Many Alabamians set to lose Medicaid benefits this weekend
MONTGOMERY, Ala. (WSFA) - Thousands of Alabamians are set to lose their Medicaid benefits at the end of March.
At the start of the COVID-19 pandemic, the federal government prohibited states from kicking people off Medicaid if they were no longer eligible, but that ban expires April 1 and states can disenroll people who are no longer eligible for Medicaid.
“All the people that have gotten on Medicaid in the last three years, and maybe their circumstances have changed, and so they no longer qualify, but they’ve been able to keep it for all this time,” said Molly Stone, the executive director of Medical Outreach Ministries.
Current Medicaid enrollees are encouraged to take steps to make sure their coverage is renewed:
● Update your contact information with Alabama Medicaid
● Look out for mail from Alabama Medicaid about your coverage
● Complete the Alabama Medicaid renewal form (if one is received)
But not everyone will be eligible for renewal. Gov. Kay Ivey’s budget proposal could help some enrollees. It includes $69 million of new funding for Medicaid that would have to be passed by lawmakers.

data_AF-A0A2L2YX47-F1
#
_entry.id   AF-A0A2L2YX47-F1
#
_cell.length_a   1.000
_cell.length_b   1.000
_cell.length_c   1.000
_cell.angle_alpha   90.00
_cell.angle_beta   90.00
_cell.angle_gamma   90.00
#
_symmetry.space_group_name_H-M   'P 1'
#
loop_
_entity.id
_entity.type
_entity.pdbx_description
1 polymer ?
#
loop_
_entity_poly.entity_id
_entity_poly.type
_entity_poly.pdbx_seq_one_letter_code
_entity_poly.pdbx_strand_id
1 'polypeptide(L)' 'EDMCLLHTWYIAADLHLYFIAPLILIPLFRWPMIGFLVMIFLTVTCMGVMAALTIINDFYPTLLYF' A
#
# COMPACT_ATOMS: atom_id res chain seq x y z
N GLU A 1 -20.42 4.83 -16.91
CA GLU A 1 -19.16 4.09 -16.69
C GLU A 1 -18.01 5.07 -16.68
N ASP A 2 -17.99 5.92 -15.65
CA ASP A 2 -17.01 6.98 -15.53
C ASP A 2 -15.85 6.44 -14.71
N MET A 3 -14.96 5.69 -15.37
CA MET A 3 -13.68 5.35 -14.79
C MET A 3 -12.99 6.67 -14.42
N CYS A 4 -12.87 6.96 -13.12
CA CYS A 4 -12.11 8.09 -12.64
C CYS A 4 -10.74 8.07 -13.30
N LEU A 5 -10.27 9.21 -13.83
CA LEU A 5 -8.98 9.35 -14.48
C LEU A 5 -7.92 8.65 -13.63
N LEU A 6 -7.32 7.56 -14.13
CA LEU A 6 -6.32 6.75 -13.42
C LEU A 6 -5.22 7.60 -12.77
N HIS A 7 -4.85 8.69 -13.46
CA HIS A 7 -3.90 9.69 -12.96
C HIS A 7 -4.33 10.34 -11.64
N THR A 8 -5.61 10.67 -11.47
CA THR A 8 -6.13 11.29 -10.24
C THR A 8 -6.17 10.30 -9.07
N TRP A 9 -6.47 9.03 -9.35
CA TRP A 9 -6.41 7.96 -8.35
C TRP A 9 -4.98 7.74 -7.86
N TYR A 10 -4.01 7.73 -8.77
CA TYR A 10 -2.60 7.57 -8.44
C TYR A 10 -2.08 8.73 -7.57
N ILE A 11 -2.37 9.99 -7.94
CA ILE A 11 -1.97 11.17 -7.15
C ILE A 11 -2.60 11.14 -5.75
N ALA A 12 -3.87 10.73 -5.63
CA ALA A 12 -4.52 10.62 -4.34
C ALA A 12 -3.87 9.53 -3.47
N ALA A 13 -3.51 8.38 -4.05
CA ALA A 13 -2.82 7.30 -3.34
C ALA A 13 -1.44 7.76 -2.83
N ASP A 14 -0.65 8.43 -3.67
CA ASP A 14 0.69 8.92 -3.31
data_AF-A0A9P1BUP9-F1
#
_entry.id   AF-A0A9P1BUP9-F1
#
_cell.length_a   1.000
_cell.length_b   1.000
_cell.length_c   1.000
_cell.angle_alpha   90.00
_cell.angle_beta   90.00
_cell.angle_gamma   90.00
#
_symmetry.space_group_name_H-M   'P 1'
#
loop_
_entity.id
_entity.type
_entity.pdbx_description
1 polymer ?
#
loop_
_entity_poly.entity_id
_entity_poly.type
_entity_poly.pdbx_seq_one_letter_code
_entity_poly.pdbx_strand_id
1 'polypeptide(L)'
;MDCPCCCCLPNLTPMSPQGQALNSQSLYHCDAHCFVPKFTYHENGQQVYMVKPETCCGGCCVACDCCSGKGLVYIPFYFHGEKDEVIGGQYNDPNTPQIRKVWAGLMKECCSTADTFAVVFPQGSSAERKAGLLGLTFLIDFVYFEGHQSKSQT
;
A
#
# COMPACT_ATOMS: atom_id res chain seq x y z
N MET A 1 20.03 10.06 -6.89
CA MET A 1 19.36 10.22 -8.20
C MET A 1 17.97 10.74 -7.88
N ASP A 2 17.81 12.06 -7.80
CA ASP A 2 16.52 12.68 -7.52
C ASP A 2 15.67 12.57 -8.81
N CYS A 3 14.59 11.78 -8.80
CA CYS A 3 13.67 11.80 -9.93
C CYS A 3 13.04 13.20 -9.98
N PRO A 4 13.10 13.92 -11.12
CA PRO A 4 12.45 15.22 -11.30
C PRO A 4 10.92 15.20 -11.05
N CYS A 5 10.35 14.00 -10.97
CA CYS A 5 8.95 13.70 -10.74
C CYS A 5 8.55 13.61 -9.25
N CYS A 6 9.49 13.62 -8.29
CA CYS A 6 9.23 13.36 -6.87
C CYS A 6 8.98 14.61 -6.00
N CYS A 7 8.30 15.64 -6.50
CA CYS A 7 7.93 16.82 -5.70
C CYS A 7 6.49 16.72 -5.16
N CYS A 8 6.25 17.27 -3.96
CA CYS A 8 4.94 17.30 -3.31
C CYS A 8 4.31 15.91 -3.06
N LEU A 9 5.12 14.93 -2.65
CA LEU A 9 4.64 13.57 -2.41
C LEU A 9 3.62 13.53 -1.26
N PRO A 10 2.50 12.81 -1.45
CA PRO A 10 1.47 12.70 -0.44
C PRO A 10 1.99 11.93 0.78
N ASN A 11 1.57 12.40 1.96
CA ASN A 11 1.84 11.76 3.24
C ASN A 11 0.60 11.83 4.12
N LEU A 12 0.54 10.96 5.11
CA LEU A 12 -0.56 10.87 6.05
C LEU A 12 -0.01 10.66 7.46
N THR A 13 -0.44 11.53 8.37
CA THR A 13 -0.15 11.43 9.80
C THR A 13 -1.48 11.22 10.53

“That is driven largely by the anticipated expiration of the federal public health emergency funds, thereby increasing state obligations for the Medicaid program,” said State Finance Director Bill Poole.
“If you no longer qualify for Medicaid, then to start looking for other resources in the area that can help you,” said Stone.
Medical Outreach Ministries is one of 19 free clinics in Alabama that offer services for uninsured people. You can also search for low-cost private health insurance plans on healthcare.gov.
“Health insurance is really a gateway to a lot of services, and iIt can be detrimental to people, especially if they go and have a huge hospital bill. Medical debt is a big factor a lot of times in bankruptcy,” said Stone.
Uninsured Alabamians can visit the Medical Outreach Ministries website to apply for its services.
Medicaid expansion is a Democratic priority, but Republican lawmakers are debating if the state can afford it long-term.
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